Pradaxa Study Finds Increased Heart Attack Risk
A recent study involving the review of clinical data on the controversial new anticoagulent Pradaxa found an increased risk of heart attacks when compared to warfarin, but an overall decrease in myocardial ischemic events.
The research comes shortly after the FDA announced that it was conducting a safety review of Pradaxa bleeding problems after the blood thinner has been linked to a number of post-marketing reports involving severe internal bleeding and other complications.
In a study published on the website for the medical journal Circulation, the journal of the American Heart Association, researchers went through the results of a prior clinical trial involving Pradaxa.
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Known as the RE-LY study, the clinical trial compared Pradaxa with warfarin, an older blood thinner, which is sold under the brand name Coumadin.
Researchers found that the rate of heart attacks was slightly increased at both high doses and low doses when compared with warfarin in patients being treated for stroke prevention. However, Pradaxa appeared to have an overall net clinical benefit for its patients over the older drug.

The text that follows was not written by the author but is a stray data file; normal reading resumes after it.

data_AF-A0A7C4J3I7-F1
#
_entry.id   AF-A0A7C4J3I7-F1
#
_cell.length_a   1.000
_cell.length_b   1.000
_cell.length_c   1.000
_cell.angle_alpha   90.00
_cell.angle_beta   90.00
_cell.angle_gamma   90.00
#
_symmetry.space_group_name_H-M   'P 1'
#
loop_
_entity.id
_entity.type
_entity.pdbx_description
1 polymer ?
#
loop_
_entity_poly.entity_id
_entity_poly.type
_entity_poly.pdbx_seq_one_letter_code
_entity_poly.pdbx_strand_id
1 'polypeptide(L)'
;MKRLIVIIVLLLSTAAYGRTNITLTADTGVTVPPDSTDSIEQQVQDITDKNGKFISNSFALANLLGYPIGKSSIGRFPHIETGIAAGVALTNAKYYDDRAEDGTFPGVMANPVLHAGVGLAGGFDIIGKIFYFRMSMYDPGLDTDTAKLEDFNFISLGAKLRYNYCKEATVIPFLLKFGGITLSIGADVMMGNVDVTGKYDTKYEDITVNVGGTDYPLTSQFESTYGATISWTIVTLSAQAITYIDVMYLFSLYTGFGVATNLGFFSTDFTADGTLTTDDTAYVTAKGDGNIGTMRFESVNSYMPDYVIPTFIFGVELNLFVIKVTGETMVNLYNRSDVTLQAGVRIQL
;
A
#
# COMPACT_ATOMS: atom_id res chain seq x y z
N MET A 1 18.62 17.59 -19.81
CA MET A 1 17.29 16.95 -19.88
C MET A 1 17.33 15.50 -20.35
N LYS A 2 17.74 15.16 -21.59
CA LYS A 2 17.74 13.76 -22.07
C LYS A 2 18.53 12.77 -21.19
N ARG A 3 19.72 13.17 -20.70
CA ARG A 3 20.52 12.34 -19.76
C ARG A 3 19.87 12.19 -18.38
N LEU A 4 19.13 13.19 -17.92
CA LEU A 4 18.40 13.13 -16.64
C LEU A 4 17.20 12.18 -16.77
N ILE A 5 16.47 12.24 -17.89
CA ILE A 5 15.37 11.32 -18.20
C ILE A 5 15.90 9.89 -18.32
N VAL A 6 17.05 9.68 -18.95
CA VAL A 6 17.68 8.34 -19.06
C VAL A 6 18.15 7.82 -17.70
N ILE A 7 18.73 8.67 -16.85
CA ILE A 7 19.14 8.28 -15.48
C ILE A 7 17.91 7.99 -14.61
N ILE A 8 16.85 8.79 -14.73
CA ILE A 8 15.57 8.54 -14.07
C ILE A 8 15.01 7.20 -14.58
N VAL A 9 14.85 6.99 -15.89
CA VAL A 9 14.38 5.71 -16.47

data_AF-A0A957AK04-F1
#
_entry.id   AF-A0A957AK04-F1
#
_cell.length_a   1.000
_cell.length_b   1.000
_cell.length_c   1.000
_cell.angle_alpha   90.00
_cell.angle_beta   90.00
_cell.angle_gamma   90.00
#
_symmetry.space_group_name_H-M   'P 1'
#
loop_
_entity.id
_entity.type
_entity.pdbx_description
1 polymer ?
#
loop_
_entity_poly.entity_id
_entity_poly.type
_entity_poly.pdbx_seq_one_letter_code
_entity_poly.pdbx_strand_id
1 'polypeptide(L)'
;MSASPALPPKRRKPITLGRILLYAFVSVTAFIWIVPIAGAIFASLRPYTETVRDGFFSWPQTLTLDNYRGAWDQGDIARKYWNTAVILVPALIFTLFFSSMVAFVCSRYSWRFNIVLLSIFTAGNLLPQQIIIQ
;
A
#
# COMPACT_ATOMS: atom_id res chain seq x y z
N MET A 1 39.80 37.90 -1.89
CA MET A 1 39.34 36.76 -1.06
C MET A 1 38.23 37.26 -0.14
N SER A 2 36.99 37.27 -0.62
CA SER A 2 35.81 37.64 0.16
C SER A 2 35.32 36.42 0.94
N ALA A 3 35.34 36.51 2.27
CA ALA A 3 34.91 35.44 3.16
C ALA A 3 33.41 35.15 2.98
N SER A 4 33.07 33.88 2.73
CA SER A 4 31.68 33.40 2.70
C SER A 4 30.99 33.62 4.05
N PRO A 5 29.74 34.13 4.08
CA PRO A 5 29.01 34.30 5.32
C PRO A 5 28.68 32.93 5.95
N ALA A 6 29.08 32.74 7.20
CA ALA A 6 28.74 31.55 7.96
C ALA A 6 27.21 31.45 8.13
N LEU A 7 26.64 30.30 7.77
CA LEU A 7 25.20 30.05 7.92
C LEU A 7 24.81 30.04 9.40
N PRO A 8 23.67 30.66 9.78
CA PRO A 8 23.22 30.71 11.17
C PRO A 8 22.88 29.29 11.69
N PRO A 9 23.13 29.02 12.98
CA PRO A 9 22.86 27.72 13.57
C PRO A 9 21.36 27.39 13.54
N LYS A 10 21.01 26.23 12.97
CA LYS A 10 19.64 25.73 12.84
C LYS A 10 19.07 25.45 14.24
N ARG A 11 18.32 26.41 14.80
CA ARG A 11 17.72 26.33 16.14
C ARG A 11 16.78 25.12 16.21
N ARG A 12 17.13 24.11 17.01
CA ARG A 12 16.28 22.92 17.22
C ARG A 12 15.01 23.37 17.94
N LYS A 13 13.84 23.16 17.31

Shortly after Pradaxa was approved in October 2010, concerns emerged about a potential increased risk of bleeding with Pradaxa, as hundreds of adverse events were reported to the FDA within the first months the drug was on the market.
As of October 31, 2011, more than 260 deaths among users of Pradaxa involving internal bleeding were reported worldwide.
Pradaxa (dabigatran) was introduced as a superior alternative to warfarin, as it is supposedly easier to use and requires less monitoring. However, warfarin can be quickly counteracted by doses of Vitamin K when a bleeding problem occurs, while there is no such quick fix for a bleeding problem with Pradaxa.
As concerns rise among federal regulators and the medical community, a number of lawyers are reviewing potential Pradaxa lawsuits on behalf of individuals throughout the United States, alleging that Boehringer Ingelheim failed to adequately warn about the risk of internal bleeding.
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